Affiliate advertising is still somewhat unchartered territory for many companies looking to capitalize on online awareness and visibility. Also, the field is rapidly changing, as some of the major actors on the scene, such as Amazon and Google, continuously update their offers, in a concerted attempt to improve the experience they offer their customers. Only recently, Google Shopping has been updated to a pay-for-play model only, as Google seems to be testing the market of affiliate marketing. Even more recent news have Google pegged for planning to open up their virtual market to affiliate U.S. marketers , which would be provided with the opportunity to sell their products on Google Shopping through Product Listing Ads.
Ever since Google first opened up its virtual market in alpha version, they seem to have been paying increased attention to affiliate management and affiliate retail opportunities. The alpha Google Shopping marketplace has been around for six months, and now that the beta is gearing up for release, Google plans to expand its scope for affiliates. The Internet giant will henceforth allow their affiliates to place bids on Product Listing Ads that their retail associates are offering. This test stands to benefit Google to a large extent, so long as affiliates actually choose to bid on Product Listing Ad and thereby expand the Google Shopping database with a whole new type of advertiser. Affiliates are not allowed to produce PLAs on Google other than in the Shopping beta test run, nor is the test available to affiliates outside the U.S.. The affiliates of U.S. merchants which are also based in the United States, however, will receive the chance to produce ad feeds targeted at their audiences – while bearing in mind that those audiences are also strictly U.S.-only potential buyers.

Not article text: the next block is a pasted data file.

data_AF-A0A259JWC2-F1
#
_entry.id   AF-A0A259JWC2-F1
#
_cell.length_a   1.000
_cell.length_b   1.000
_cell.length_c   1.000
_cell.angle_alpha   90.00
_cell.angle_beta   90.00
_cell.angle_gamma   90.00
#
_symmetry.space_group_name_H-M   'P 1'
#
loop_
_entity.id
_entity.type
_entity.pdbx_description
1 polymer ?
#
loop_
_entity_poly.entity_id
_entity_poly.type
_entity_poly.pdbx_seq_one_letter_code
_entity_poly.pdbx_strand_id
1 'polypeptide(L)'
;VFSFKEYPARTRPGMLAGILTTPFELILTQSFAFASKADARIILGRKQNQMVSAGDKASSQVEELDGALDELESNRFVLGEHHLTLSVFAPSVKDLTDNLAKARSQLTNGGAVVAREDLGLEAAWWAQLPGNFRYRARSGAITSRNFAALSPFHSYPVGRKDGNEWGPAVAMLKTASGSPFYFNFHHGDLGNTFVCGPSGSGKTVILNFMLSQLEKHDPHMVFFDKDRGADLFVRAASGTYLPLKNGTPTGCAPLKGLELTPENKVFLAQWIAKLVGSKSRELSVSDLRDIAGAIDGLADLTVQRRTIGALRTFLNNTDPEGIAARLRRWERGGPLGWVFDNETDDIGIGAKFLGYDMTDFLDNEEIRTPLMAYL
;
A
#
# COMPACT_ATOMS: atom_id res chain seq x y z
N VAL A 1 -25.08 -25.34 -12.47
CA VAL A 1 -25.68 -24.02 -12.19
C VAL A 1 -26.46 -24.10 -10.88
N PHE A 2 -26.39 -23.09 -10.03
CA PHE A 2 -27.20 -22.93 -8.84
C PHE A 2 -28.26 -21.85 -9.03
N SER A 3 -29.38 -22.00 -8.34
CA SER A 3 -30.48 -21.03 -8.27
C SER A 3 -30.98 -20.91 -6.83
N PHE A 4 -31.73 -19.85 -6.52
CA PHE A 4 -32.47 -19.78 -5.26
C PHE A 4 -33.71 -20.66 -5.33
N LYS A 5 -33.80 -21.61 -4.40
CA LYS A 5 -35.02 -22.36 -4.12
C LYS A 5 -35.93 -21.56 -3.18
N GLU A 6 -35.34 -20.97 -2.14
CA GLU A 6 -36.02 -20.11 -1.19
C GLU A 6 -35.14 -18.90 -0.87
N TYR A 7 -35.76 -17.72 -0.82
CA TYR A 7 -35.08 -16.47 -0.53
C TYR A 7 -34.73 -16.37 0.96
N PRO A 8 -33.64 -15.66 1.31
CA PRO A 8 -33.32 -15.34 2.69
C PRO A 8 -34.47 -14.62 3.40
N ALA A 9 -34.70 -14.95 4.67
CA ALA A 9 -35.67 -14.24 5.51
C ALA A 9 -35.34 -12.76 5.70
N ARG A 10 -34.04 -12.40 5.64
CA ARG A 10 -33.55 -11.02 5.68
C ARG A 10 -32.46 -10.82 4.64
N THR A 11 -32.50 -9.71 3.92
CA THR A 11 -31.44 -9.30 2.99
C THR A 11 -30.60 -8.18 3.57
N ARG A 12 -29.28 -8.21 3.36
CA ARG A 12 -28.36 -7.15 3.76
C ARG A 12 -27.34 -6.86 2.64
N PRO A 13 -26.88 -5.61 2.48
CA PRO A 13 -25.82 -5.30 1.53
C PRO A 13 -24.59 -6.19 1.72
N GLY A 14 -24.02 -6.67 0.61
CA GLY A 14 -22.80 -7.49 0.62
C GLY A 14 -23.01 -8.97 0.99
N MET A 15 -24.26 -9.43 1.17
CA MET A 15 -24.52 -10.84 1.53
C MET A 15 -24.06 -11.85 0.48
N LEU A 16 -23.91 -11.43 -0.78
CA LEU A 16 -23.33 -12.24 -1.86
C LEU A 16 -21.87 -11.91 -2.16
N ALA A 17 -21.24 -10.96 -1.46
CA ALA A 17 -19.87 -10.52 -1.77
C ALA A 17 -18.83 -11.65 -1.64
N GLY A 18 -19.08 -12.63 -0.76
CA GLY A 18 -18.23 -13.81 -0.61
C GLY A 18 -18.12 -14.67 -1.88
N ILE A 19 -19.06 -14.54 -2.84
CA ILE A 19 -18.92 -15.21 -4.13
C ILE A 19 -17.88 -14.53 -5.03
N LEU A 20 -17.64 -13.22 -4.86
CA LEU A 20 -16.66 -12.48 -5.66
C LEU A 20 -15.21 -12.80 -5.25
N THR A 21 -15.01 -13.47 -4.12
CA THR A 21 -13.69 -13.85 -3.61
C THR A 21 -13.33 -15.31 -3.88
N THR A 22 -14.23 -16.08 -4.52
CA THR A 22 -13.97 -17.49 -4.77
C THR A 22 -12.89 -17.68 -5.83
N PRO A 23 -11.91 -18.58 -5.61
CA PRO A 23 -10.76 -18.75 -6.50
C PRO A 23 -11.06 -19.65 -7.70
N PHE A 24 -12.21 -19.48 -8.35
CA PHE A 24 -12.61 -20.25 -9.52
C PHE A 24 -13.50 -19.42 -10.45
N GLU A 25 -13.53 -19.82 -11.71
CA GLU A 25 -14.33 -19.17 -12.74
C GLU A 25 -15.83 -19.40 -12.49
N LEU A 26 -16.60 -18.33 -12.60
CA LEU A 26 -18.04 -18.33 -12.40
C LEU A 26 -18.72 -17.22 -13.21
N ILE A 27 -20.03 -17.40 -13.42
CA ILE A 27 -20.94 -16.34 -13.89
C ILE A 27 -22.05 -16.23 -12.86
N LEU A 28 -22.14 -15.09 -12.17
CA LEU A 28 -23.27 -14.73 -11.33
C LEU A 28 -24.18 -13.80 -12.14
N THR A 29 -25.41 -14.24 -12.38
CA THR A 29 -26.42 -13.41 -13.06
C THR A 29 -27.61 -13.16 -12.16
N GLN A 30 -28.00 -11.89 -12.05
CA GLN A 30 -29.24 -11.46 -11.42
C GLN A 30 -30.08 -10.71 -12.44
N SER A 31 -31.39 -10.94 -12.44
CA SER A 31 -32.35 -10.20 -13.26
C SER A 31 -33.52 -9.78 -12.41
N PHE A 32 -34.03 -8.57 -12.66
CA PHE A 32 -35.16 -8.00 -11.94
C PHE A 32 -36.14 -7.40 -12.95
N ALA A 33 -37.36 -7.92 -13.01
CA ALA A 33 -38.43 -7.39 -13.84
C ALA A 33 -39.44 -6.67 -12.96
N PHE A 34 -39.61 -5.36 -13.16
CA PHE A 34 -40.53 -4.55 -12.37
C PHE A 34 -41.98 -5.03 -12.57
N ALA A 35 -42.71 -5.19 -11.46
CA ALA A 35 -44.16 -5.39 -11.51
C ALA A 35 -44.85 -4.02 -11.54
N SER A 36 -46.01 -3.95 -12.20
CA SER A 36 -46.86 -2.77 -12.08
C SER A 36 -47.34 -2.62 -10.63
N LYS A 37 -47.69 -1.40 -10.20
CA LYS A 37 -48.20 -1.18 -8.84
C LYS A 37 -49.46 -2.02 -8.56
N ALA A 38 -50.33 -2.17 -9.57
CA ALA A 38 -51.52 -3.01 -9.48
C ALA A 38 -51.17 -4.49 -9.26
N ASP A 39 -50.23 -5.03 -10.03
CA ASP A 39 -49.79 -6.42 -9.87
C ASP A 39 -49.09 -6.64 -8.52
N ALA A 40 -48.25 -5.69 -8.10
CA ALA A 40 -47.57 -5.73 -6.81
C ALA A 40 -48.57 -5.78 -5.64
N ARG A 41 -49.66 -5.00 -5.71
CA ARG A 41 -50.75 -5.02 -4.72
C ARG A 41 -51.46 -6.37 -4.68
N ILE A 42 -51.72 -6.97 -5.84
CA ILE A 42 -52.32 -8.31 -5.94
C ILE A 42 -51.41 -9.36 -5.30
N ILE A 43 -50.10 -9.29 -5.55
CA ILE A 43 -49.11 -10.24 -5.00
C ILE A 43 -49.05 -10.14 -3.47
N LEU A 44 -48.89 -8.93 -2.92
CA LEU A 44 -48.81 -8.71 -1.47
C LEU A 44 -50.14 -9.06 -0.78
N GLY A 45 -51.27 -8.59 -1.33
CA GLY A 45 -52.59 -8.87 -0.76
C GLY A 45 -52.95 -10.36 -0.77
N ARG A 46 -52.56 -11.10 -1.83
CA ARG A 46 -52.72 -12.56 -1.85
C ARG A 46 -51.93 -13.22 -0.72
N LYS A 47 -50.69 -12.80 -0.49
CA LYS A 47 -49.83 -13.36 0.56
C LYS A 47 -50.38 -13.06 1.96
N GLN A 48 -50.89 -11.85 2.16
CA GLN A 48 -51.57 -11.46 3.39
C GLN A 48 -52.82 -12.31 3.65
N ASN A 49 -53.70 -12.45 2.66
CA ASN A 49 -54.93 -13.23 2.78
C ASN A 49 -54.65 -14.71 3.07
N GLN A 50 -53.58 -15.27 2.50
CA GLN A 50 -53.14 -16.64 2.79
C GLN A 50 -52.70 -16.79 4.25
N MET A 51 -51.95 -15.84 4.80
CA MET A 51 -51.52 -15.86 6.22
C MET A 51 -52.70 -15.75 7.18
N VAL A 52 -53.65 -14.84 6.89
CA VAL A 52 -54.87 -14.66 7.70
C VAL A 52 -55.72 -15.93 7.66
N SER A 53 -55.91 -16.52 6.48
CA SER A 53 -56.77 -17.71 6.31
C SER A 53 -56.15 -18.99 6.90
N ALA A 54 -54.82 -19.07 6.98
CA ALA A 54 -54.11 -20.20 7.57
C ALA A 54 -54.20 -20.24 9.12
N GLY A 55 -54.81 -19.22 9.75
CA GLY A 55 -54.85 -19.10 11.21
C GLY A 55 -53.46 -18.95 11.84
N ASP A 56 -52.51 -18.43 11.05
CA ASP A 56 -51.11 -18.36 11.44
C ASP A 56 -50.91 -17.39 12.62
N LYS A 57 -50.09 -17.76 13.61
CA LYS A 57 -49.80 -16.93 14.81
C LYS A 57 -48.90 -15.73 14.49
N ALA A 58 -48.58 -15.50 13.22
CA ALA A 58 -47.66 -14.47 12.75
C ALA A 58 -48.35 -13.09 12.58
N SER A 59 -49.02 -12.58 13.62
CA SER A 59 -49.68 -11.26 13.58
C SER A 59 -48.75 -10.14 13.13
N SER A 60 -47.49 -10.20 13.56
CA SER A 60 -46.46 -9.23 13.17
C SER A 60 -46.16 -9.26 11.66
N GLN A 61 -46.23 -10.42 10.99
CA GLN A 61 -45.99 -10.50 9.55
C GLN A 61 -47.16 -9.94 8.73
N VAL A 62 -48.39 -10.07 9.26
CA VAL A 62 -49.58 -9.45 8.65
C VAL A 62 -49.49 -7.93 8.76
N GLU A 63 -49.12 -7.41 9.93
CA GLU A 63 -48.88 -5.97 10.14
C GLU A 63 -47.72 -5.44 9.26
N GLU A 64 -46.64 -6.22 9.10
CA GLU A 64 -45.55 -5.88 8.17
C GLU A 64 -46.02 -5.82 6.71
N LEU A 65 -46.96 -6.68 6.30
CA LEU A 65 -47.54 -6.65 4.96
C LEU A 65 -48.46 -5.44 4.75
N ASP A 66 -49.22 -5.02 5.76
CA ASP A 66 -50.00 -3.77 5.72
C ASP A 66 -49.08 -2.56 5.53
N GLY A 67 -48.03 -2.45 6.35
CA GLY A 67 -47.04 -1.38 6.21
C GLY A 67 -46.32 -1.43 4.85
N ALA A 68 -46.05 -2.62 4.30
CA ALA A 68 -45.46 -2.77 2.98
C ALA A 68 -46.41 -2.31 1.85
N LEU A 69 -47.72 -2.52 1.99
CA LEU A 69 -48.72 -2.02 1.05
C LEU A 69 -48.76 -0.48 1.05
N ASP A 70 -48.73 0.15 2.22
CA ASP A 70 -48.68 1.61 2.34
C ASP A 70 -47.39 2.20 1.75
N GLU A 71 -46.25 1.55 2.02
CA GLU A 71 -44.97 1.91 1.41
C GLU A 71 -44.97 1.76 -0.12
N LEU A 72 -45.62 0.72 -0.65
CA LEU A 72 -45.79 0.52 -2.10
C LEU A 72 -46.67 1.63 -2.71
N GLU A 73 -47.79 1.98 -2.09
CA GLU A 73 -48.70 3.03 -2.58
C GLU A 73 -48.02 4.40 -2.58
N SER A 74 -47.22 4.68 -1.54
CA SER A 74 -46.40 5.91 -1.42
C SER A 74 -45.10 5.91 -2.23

The feed submission process is not too complex, yet it must adhere to certain rules and it must also undergo some supervision. Affiliates will first have to create Google AdWords sub accounts for each client they want to promote, then advertise their clients’ products through said feeds, which must be kept as updated as possible. Links included in those feeds can only target the product landing page on the seller’s website.
The Google Shopping product management director, Eric Tholome, is keeping a balanced and moderately optimistic view on the outcome of the test, by stating he doubts Amazon affiliates are anywhere close to jumping in on the Google bandwagon. However, says Tholome, this beta test is the only way these retailers would be able to purchase such ads, since Amazon has refused to opt into the strictly pay-for-play model implemented by Google.
Sellers that don’t want to partake in the test can always opt out of the Google Shopping beta test by accessing a direct interface, which allows them to sign out, or by contacting their affiliates. Also, merchants which have several PLAs for the same product, created both by themselves, as well as by their affiliates, will always take precedence over the affiliates in Google Shopping. Products targeted by multiple PLAs will undergo a Google pre-auction, meant to avoid having merchants feel like they are competing against themselves.